Take-home Pay Calculator

These calculations are based on 40 hours per week over 52 weeks.

 

If you're thinking of working through an umbrella company, you probably want to know how much of your money you can expect to get paid.

 

The difference between your current pay and the salary you will receive from an umbrella company depends on several different factors:

 

  • How much you earn gross each year.

  • How much you pay in allowable business expenses.

  • Whether you fall within the scope of IR35.

 

Remember that your gross earnings are not a fair reflection of your actual income as a contractor, as you must eventually pay tax on what you earn.

 

Because of this, when comparing your current earnings with your expected salary from an umbrella company, you should always make an appropriate adjustment to take off your income tax and National Insurance contributions.

 

Also remember that by working through an umbrella company, you can make deductions for certain allowable business expenses - so if you are currently paying PAYE on an agency payroll with no entitlement to expenses, this can be a significant factor too.

 

This take-home pay calculator will help you to understand how much you can expect to receive each week and each month from an umbrella company, so you have a benchmark figure that you can compare with your current arrangements and other options.

How to use our take-home pay calculator

 

It's very easy to find out your expected income from an umbrella company. Just choose whether you want to base the calculation on an hourly or daily rate.

 

Next, adjust the slider to the correct position. You'll see the weekly and monthly salary totals change instantly, to tell you how much you should receive via an umbrella company, from your gross earnings.

 

The instant calculator can also help you to see how your net salary will change if your hourly or daily rate goes up or down in the future, so you know exactly where you stand.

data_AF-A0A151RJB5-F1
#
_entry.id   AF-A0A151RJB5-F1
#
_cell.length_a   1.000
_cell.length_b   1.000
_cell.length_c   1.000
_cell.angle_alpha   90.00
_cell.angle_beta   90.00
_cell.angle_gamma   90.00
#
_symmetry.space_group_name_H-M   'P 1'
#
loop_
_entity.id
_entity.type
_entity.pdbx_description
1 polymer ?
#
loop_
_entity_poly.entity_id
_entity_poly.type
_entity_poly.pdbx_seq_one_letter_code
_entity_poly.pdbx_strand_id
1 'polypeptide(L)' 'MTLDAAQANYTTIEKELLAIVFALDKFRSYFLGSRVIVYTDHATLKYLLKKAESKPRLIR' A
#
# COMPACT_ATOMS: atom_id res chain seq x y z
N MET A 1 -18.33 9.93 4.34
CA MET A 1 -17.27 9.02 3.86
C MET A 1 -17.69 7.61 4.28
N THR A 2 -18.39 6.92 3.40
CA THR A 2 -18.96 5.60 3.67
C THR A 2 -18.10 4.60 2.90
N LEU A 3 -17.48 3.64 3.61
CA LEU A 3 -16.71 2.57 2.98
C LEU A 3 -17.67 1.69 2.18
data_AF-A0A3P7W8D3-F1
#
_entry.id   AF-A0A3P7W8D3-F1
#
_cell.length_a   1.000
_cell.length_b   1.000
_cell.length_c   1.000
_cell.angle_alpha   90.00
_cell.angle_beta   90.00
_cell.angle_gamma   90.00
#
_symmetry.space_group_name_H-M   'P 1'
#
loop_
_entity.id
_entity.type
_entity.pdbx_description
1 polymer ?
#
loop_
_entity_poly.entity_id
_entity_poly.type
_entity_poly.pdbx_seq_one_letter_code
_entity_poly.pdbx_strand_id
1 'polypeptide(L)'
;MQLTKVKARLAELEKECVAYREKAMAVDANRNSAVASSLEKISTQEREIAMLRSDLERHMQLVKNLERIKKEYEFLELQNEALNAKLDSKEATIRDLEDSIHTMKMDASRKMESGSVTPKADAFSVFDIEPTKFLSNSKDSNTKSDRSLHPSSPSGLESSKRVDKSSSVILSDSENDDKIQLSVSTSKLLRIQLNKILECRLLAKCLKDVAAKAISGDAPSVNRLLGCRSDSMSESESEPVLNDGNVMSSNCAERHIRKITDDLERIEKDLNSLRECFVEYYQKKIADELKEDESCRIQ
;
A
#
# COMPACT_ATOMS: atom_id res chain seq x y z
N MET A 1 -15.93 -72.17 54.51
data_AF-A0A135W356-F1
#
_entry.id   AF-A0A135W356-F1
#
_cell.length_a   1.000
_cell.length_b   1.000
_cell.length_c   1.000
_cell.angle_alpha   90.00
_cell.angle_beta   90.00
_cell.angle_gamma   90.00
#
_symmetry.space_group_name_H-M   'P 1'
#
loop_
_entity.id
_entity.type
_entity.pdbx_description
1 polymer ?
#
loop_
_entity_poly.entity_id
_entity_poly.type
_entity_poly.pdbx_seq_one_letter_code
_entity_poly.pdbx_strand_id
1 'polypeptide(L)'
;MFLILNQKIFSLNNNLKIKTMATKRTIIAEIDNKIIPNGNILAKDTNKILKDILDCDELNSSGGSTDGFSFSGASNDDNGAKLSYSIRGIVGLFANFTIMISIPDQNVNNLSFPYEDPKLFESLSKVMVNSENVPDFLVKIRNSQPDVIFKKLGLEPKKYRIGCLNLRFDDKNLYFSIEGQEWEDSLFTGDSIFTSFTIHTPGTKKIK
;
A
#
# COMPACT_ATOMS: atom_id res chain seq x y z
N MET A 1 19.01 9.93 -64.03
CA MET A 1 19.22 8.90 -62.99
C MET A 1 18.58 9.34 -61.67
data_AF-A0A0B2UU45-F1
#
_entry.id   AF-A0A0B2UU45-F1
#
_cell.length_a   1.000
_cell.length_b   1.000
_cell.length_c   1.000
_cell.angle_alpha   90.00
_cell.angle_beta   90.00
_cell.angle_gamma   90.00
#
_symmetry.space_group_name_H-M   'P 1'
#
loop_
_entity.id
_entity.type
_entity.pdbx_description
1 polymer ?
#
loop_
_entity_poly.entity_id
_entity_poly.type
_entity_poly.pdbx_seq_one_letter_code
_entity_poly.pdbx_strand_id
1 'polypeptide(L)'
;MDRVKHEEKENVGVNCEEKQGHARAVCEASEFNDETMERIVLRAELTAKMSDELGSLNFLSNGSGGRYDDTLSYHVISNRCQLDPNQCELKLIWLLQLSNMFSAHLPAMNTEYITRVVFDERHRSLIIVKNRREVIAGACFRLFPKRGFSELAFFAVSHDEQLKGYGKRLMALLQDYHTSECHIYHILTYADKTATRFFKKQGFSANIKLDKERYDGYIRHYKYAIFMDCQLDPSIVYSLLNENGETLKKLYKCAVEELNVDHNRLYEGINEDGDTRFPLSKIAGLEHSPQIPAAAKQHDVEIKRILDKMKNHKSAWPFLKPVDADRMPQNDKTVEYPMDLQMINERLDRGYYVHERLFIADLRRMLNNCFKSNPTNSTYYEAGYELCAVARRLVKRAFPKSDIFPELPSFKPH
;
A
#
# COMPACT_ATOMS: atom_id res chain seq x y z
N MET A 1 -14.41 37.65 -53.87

Remember the non-financial benefits

 

Don't forget to factor in the non-financial benefits of working via an umbrella company, as well as the additional financial benefits like business expenses and statutory sick pay.

 

Your contract may allow you to take holidays, and unlike an agency, your umbrella company usually will not insist that you accept any specific jobs, or ask you to work in a certain place at a certain time - you remain in control of your career.

 

The continuity of employment under an umbrella company's contract can help you qualify for loans and mortgages, you'll likely save a lot of admin time, and your cash flow will be smoother with no lump sums of tax to pay at the end of the year.

Need a tailored quote?

 

Our take-home pay calculator is designed to tell you instantly how much your salary will be, based on your gross earnings, but we understand that individual circumstances may vary.

 

If you think your work life is unusual or you'd just like a personal quote for your expected salary, you can call us on 01925 912200 or email info@mypayplus.co.uk and we'll be happy to discuss your circumstances and how they might affect your bottom-line income.

FAQs

What is an umbrella company?

An umbrella company allows agency workers to engage in temporary contracts in a compliant and hassle-free way. You will become an employee of the Umbrella Company and will work under an employment contract.